Old December 30th, 2013, 4:12 PM
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Quote:
Originally Posted by SteveO View Post
Thanks for the reply. I might have to check out the avs forum you mentioned.
It just seems odd that having the subs set at 9 and manualy raising the sub volume on the receiver to 0 from the -6 is not providing much bass. I dont understand how lowering the subs volume so the receivers auto run sets it at 0 will give more bass?
Any chance your sitting in a null? If you're in a null then raising from -6 to 0 still won't help much.
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  #6  
Old December 30th, 2013, 4:48 PM
SteveO SteveO is offline
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I get good bass if I turn up the sub volume after running the auto calibration on the receiver.
The last time I did it with only one sub at 9 then ended up with -6 on the receiver, so even after turning on the second sub I still got very little bass and turning the receiver up to 0 I still wasnt getting much bass, didnt matter if it was movies or music I had the receiver volume cranked up high... so I turned up the subs volume to around 10:30 and gain matched them and left the receiver sub volume at 0 and now get good bass.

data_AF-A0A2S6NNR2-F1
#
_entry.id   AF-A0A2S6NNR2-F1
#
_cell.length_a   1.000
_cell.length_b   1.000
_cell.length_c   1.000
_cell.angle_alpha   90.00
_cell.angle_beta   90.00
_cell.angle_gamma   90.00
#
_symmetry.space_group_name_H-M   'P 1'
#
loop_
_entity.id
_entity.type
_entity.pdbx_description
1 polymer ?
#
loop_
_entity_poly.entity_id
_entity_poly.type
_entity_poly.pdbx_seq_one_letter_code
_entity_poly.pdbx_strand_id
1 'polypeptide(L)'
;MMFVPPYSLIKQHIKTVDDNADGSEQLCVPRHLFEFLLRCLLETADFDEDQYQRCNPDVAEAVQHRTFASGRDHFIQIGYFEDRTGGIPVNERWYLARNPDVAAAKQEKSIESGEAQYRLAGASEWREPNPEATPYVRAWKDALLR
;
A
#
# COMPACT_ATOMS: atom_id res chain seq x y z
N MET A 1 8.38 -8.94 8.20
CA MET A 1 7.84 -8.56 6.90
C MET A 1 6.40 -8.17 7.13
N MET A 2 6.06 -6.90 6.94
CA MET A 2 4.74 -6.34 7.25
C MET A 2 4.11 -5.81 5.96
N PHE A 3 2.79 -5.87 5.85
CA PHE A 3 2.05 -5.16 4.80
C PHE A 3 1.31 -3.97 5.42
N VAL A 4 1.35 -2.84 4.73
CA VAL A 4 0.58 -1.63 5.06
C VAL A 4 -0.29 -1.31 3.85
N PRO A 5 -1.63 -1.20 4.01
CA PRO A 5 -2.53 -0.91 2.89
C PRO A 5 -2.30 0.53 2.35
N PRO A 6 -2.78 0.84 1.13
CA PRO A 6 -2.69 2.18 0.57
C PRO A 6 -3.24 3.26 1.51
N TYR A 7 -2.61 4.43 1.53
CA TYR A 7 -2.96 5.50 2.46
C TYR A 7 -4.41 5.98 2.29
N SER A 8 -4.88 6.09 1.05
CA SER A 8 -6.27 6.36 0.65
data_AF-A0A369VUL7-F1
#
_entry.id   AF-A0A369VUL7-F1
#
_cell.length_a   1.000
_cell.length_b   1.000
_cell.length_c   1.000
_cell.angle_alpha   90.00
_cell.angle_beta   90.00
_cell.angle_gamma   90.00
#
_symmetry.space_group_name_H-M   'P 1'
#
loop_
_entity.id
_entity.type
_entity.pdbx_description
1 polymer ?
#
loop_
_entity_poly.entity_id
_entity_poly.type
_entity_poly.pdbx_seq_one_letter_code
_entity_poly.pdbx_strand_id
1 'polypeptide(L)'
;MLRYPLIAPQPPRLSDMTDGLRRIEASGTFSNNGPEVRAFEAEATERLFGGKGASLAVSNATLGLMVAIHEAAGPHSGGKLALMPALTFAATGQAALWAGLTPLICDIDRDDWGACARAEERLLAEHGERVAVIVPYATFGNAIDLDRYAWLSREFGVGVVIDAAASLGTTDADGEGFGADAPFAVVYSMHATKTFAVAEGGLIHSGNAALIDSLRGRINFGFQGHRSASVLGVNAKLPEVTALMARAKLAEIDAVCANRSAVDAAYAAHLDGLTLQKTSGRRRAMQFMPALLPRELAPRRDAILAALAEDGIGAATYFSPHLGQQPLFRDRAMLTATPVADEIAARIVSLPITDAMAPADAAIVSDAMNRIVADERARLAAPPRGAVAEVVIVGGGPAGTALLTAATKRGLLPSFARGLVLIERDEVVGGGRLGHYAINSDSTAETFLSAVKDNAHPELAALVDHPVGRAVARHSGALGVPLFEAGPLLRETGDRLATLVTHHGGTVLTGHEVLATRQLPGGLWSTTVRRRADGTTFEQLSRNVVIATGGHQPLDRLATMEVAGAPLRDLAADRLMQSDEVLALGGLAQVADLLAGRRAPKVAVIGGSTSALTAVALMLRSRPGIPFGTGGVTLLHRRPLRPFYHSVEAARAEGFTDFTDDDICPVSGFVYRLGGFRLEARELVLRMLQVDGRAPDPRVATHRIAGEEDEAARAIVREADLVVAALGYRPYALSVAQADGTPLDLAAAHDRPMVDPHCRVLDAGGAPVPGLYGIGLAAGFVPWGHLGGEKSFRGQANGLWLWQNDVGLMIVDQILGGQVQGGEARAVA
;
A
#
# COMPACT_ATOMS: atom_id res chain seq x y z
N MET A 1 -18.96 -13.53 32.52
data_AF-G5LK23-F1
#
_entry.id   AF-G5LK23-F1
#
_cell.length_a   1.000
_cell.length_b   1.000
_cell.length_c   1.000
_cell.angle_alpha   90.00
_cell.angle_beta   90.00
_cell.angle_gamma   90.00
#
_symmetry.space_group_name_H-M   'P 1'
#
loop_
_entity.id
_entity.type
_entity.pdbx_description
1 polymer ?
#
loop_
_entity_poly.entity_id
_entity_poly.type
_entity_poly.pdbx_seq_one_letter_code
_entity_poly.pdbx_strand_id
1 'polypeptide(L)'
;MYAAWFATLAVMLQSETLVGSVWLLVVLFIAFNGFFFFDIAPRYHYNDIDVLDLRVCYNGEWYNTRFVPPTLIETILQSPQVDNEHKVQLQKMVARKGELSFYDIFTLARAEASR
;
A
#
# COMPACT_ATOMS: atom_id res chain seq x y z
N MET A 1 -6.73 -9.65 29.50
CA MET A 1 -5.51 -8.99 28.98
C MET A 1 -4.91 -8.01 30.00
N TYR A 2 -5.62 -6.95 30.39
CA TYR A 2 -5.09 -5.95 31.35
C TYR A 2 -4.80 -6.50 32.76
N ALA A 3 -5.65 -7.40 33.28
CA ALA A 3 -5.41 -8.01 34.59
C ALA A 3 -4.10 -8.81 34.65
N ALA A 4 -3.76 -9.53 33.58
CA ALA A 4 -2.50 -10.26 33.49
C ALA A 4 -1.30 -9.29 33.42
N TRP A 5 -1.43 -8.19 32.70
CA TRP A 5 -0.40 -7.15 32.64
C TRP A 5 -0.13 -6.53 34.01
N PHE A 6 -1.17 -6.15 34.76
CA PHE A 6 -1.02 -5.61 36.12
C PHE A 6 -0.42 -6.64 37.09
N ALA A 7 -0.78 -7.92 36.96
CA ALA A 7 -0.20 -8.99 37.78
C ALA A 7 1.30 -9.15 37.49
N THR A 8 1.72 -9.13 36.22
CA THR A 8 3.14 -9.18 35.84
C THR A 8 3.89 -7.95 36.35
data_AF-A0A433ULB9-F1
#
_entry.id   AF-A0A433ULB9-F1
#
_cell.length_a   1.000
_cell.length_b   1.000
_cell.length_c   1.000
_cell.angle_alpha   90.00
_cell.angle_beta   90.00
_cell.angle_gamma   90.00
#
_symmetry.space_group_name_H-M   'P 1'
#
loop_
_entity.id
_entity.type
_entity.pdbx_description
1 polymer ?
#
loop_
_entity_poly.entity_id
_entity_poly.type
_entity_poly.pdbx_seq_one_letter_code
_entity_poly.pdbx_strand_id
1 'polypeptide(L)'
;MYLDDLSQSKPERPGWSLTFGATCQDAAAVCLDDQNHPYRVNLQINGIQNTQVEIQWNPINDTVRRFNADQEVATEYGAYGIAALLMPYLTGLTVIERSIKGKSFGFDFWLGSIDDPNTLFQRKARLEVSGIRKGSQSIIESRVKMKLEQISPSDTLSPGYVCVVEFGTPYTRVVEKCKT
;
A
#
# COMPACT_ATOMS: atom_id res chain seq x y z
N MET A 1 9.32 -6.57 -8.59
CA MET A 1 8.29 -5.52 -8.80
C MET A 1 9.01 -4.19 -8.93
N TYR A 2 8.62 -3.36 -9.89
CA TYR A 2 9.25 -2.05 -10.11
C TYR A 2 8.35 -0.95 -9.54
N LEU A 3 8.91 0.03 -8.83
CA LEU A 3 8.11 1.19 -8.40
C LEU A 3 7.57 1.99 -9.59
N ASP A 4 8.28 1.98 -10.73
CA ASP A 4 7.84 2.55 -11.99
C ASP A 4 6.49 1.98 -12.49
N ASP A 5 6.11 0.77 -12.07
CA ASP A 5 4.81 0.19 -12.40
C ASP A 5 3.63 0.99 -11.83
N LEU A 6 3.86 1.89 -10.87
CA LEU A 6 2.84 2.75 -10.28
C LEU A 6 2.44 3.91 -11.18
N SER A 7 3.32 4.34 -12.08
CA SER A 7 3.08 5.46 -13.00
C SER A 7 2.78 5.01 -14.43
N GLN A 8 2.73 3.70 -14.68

I have read on here and avs forums that we shouldnt mess with the sub volume after doing the auto calibration but my receiver seems to be way off on the bass managment department.
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  #7  
Old December 30th, 2013, 9:07 PM
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It's usually better to gain match, not level match multiple subs. Otherwise, the maximum clean output of the system will be limited by the sub that has the higher gain setting. Be sure to gain match before any auto-setup, if you use it.

I may be wrong, but I recall reading that Yamaha's auto setup is unreliable with subwoofers. Is it possible to disable calibration for just the subwoofers in the auto setup of your receiver? Since you said you did gain matching, I assume you have an SPL meter. You can use the SPL meter to calibrate the sub level manually.
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  #8  
Old December 30th, 2013, 9:19 PM
SME SME is offline
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I just read your note about a sub in each corner and that you are sitting much closer to one of them. How far away are you from each sub? If the distances differ by a lot, they may be difficult (but not necessarily impossible) to integrate properly.
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  #9  
Old December 31st, 2013, 4:56 AM
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Quote:
Originally Posted by SteveO View Post